is a recent addition to the flora of British Columbia and Canada. The earliest known collection was made in Victoria by Macoun in 1893 but it was not recognized as a distinct species until recently (Fairbarns and Egger 2007). It occurs in vernal seeps and pools at three locations in the Victoria area. The only other known location for the species is on a small islet in the San Juan Islands of Washington. It is distinguished from Castilleja ambigua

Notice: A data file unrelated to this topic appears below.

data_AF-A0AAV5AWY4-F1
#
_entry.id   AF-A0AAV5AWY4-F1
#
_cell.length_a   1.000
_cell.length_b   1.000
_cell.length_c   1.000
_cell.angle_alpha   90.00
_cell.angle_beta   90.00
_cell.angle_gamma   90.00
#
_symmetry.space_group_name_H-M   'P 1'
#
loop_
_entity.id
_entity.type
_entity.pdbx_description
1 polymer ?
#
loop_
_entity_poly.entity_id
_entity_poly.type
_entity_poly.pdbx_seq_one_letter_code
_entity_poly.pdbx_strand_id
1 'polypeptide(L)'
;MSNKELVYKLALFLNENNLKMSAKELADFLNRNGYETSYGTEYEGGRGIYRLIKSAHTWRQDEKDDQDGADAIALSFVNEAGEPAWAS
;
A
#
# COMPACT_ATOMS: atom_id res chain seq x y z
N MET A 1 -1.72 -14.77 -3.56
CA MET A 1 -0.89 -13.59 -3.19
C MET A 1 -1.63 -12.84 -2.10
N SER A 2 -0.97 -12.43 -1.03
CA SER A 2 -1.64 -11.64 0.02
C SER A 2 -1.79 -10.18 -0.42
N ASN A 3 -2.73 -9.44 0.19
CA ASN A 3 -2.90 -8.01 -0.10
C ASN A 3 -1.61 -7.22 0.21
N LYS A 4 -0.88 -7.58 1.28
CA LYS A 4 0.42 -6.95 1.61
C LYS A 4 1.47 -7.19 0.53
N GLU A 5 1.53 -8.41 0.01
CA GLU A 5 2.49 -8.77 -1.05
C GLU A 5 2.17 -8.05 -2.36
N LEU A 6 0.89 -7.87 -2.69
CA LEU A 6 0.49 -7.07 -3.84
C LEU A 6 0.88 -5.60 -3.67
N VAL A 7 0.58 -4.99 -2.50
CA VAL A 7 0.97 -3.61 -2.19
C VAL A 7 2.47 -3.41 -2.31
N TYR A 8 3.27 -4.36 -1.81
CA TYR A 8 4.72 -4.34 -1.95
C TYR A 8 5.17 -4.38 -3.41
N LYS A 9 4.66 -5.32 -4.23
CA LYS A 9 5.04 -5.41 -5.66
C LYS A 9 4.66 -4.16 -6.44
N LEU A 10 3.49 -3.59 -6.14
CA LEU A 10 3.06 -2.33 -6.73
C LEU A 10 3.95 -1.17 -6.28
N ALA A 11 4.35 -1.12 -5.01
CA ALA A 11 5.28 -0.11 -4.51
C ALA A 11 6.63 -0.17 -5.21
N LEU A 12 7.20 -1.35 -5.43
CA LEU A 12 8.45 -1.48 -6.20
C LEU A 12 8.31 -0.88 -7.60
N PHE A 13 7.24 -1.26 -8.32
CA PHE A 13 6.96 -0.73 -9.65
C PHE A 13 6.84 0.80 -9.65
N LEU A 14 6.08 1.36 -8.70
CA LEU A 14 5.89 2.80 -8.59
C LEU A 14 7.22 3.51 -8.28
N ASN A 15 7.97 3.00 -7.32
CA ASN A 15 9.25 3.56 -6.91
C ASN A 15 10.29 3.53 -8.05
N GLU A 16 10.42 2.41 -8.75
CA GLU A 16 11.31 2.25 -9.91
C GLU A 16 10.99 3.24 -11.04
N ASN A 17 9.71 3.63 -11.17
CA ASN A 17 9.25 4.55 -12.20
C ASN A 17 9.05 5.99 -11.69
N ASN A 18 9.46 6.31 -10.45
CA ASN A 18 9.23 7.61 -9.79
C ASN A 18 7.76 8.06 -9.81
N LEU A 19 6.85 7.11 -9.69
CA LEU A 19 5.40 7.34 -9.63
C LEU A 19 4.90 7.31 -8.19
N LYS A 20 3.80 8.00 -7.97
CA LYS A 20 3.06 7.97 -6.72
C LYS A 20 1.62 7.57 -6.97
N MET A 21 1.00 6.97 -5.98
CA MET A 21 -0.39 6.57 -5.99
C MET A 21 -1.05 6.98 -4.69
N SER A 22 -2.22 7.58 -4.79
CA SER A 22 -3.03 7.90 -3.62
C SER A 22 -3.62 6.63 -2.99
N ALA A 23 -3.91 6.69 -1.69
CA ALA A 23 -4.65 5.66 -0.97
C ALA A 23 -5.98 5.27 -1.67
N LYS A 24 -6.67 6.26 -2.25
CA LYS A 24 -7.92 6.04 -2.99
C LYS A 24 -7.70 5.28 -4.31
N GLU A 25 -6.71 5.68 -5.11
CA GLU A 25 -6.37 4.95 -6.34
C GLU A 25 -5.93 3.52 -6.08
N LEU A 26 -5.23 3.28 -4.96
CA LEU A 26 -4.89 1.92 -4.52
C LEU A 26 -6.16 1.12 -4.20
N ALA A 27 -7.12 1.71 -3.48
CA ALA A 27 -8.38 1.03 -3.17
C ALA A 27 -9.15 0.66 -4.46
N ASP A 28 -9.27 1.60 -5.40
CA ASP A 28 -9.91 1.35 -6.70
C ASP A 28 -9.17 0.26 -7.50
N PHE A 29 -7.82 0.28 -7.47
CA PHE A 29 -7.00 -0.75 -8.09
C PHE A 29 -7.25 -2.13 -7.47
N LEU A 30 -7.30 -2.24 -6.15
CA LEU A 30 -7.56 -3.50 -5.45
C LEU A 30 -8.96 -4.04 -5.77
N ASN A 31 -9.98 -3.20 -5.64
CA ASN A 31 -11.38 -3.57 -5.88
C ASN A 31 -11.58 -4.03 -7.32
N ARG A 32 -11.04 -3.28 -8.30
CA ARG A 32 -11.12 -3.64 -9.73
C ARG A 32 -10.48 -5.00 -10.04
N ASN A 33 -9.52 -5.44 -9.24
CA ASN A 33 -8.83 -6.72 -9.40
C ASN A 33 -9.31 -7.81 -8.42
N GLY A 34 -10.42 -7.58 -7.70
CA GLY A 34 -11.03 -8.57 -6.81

by its compact, generally unbranched form, its largely uniform “root-beer” brown herbage, the absence of a pale marginal band on its floral bracts and the absence of spots on its corolla. The ranges of Castilleja ambigua
and Castilleja victoriae
do not overlap in Canada as the former is restricted to wetlands (usually tidal meadows) along the west coast of Vancouver Island.
Fairbarns, M. and M. Egger. 2007. Castilleja victoriae (Orobanchaceae): a new rare species from southeastern Vancouver Island, British Columbia, Canada, and the adjacent San Juan Islands, Washington, U.S.A. Madrono 54:334-342.
Note Author: Matt Fairbarns, November 5, 2009.